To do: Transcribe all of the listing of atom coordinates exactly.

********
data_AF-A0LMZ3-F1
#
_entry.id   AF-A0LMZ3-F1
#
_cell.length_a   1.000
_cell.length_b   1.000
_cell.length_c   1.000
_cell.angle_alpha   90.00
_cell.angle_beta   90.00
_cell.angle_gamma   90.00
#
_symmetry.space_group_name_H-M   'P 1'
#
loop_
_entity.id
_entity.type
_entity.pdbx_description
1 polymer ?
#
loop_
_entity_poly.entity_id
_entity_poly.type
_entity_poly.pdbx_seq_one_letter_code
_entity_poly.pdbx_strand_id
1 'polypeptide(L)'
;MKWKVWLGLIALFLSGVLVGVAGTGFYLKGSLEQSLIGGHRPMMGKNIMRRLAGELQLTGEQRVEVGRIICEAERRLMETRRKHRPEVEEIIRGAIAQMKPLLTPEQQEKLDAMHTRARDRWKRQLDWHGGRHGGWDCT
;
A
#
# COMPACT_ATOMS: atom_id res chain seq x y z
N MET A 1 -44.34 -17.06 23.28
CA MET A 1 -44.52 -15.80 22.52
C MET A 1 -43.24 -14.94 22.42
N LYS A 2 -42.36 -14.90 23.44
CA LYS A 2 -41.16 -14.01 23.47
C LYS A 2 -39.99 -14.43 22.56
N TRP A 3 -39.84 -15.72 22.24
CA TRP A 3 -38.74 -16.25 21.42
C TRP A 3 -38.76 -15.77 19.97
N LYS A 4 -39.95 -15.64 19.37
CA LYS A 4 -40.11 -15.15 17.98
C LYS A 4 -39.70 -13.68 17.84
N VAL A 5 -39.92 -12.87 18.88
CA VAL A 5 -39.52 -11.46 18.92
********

data_AF-A0LMZ3-F1
#
_entry.id   AF-A0LMZ3-F1
#
_cell.length_a   1.000
_cell.length_b   1.000
_cell.length_c   1.000
_cell.angle_alpha   90.00
_cell.angle_beta   90.00
_cell.angle_gamma   90.00
#
_symmetry.space_group_name_H-M   'P 1'
#
loop_
_entity.id
_entity.type
_entity.pdbx_description
1 polymer ?
#
loop_
_entity_poly.entity_id
_entity_poly.type
_entity_poly.pdbx_seq_one_letter_code
_entity_poly.pdbx_strand_id
1 'polypeptide(L)'
;MKWKVWLGLIALFLSGVLVGVAGTGFYLKGSLEQSLIGGHRPMMGKNIMRRLAGELQLTGEQRVEVGRIICEAERRLMETRRKHRPEVEEIIRGAIAQMKPLLTPEQQEKLDAMHTRARDRWKRQLDWHGGRHGGWDCT
;
A
#
# COMPACT_ATOMS: atom_id res chain seq x y z
N MET A 1 -44.34 -17.06 23.28
CA MET A 1 -44.52 -15.80 22.52
C MET A 1 -43.24 -14.94 22.42
N LYS A 2 -42.36 -14.90 23.44
CA LYS A 2 -41.16 -14.01 23.47
C LYS A 2 -39.99 -14.43 22.56
N TRP A 3 -39.84 -15.72 22.24
CA TRP A 3 -38.74 -16.25 21.42
C TRP A 3 -38.76 -15.77 19.97
N LYS A 4 -39.95 -15.64 19.37
CA LYS A 4 -40.11 -15.15 17.98
C LYS A 4 -39.70 -13.68 17.84
N VAL A 5 -39.92 -12.87 18.88
CA VAL A 5 -39.52 -11.46 18.92